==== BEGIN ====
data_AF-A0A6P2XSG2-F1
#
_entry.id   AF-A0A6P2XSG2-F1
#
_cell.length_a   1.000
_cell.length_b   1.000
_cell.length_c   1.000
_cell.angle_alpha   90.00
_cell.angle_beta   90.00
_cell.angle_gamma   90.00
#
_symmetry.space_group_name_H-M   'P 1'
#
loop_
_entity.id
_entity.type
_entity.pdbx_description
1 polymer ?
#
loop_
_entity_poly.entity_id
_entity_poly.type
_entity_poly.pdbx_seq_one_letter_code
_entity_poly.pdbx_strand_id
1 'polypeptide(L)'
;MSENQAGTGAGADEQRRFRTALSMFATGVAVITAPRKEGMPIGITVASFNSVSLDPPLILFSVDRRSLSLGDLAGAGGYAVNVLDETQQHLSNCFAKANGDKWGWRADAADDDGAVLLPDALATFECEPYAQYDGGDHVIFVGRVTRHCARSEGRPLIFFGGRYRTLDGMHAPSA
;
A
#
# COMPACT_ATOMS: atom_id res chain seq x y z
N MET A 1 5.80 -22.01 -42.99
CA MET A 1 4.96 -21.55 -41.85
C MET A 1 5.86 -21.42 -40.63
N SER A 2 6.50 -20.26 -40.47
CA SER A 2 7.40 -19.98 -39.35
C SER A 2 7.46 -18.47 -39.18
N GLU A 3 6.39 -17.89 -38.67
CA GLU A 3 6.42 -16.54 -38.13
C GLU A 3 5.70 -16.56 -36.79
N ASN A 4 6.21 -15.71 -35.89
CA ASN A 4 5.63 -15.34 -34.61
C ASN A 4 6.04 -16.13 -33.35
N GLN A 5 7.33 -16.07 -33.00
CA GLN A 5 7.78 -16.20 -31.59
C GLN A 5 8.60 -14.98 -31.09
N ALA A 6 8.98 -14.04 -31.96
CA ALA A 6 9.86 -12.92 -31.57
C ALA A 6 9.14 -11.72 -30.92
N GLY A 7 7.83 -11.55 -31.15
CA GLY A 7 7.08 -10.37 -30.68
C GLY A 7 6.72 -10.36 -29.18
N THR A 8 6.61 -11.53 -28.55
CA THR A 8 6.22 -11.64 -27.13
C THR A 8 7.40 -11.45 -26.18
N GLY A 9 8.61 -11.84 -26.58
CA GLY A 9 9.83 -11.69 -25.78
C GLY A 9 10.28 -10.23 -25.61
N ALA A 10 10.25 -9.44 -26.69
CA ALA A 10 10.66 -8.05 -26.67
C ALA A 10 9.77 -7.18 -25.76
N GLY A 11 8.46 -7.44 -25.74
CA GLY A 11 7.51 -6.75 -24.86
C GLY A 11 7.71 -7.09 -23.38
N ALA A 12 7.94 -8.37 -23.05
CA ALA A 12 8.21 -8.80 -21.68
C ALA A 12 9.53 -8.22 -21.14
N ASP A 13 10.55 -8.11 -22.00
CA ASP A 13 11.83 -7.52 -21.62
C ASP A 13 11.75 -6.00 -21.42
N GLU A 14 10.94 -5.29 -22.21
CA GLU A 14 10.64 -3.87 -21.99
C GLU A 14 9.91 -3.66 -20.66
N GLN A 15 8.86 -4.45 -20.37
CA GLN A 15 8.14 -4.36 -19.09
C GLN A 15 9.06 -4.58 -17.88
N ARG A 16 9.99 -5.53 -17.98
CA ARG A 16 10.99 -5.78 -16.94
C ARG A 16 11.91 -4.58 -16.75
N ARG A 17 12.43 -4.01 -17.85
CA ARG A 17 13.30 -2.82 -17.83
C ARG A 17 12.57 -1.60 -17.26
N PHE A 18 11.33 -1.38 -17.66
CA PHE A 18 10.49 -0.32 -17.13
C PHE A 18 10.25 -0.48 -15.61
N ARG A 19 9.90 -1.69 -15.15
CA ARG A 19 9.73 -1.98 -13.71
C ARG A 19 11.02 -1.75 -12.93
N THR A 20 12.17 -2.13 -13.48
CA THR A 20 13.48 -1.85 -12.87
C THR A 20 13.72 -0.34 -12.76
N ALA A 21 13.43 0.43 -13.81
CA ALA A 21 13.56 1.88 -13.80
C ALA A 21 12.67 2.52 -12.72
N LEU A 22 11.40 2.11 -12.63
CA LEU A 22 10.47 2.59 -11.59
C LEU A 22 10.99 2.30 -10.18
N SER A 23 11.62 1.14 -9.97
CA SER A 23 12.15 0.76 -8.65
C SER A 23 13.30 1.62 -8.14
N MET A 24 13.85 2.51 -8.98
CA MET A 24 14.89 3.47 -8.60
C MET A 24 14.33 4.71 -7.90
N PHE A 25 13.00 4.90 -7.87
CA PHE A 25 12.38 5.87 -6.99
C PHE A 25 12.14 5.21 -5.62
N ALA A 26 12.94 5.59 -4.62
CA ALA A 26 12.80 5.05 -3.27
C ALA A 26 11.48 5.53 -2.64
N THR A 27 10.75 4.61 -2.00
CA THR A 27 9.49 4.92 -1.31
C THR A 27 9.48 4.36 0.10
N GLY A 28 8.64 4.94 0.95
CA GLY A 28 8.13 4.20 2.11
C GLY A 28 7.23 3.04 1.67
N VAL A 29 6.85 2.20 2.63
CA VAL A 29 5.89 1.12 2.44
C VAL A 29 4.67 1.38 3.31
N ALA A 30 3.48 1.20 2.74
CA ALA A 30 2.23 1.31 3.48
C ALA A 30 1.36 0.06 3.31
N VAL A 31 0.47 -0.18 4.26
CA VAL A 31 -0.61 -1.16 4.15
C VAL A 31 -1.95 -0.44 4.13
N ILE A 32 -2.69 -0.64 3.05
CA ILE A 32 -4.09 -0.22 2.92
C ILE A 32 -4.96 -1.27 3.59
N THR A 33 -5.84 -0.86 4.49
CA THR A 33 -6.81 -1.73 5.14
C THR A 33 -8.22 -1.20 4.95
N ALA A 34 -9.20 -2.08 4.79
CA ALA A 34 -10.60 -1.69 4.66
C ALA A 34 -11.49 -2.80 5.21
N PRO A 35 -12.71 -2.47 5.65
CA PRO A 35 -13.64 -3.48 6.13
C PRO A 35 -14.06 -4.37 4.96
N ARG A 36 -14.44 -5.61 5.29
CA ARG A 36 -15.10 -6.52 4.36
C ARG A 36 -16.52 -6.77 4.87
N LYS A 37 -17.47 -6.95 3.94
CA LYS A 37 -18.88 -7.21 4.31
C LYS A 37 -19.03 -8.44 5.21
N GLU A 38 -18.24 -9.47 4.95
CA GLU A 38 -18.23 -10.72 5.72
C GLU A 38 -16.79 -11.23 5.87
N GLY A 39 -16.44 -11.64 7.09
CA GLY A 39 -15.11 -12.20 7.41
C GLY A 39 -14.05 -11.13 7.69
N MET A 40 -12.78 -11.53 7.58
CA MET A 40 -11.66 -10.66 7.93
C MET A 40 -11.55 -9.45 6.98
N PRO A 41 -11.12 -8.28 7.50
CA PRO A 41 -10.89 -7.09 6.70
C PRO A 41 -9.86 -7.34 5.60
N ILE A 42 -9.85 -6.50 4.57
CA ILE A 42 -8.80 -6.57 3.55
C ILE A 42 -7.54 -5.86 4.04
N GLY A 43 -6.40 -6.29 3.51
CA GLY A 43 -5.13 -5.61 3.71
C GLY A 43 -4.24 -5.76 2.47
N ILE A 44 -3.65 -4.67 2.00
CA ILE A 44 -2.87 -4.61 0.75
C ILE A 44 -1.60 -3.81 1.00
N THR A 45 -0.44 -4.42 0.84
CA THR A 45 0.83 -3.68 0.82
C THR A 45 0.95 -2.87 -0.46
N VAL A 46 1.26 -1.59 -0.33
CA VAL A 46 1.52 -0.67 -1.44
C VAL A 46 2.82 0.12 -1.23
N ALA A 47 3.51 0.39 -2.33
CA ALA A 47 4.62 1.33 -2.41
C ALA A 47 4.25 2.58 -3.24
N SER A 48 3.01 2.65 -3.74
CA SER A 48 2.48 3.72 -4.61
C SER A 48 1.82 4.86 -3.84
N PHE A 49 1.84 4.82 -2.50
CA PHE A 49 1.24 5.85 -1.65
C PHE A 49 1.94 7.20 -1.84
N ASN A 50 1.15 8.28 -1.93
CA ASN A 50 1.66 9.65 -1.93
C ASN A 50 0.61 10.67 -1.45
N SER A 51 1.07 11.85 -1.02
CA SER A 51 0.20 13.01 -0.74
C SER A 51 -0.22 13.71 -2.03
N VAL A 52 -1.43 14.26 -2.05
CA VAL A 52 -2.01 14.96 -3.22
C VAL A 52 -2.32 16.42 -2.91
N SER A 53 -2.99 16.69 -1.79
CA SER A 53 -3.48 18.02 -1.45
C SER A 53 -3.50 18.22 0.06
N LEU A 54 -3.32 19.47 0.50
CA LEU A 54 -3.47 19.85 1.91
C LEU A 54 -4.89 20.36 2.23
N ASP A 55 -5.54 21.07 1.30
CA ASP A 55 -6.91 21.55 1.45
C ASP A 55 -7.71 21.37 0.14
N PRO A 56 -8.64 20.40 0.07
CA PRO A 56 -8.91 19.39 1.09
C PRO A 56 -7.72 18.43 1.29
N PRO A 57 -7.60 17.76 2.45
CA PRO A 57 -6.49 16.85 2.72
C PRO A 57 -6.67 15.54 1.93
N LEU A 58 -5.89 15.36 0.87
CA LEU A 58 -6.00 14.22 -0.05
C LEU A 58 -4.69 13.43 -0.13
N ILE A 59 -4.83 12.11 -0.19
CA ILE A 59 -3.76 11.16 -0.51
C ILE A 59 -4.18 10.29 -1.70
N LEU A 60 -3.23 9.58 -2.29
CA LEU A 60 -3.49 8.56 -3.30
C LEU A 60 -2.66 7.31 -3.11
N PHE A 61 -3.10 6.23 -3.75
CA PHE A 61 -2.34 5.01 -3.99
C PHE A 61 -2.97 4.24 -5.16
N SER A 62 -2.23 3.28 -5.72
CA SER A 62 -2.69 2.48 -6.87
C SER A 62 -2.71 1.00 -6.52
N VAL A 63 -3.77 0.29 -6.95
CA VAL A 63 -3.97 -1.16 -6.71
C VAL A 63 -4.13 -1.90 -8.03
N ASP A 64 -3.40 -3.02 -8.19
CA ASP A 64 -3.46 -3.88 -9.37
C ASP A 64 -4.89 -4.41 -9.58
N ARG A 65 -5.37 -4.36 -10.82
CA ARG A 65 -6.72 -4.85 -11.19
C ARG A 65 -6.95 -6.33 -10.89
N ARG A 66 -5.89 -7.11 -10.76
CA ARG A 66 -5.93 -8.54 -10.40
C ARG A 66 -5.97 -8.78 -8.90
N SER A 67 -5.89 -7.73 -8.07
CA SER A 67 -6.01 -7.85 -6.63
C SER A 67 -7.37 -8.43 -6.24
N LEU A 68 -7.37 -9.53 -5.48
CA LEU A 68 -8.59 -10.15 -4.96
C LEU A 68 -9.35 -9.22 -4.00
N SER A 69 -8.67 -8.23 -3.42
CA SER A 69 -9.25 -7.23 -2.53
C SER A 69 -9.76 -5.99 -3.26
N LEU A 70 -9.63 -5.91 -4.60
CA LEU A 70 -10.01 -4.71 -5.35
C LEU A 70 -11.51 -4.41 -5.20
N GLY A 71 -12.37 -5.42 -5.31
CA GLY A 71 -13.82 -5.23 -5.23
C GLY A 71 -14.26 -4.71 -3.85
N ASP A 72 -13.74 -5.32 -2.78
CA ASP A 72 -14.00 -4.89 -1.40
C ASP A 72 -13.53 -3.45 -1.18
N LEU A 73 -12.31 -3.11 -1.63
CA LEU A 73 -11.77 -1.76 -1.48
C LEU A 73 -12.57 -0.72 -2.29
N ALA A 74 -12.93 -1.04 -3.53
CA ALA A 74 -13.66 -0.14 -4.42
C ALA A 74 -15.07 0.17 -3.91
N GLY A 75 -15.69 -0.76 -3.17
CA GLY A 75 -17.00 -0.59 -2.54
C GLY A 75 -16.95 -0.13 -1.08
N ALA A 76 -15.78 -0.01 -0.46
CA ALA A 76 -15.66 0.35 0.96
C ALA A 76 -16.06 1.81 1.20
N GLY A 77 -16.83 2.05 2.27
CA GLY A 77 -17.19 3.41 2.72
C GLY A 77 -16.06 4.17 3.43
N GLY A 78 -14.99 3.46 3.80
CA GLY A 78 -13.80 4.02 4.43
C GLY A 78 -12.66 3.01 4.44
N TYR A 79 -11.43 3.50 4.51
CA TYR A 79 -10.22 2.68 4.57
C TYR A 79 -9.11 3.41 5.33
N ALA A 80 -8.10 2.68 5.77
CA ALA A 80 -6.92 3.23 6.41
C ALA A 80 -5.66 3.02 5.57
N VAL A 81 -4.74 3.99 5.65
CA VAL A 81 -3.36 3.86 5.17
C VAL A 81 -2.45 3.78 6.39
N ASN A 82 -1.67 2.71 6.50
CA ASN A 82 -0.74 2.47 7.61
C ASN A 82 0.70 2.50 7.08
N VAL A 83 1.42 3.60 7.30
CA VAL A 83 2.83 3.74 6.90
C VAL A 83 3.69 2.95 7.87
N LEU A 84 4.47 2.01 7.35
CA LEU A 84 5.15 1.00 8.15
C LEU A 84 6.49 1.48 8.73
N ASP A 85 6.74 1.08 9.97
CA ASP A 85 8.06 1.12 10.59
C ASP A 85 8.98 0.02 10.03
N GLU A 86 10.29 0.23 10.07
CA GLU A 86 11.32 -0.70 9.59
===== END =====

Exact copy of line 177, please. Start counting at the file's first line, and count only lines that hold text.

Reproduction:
C PHE A 49 1.94 7.20 -1.84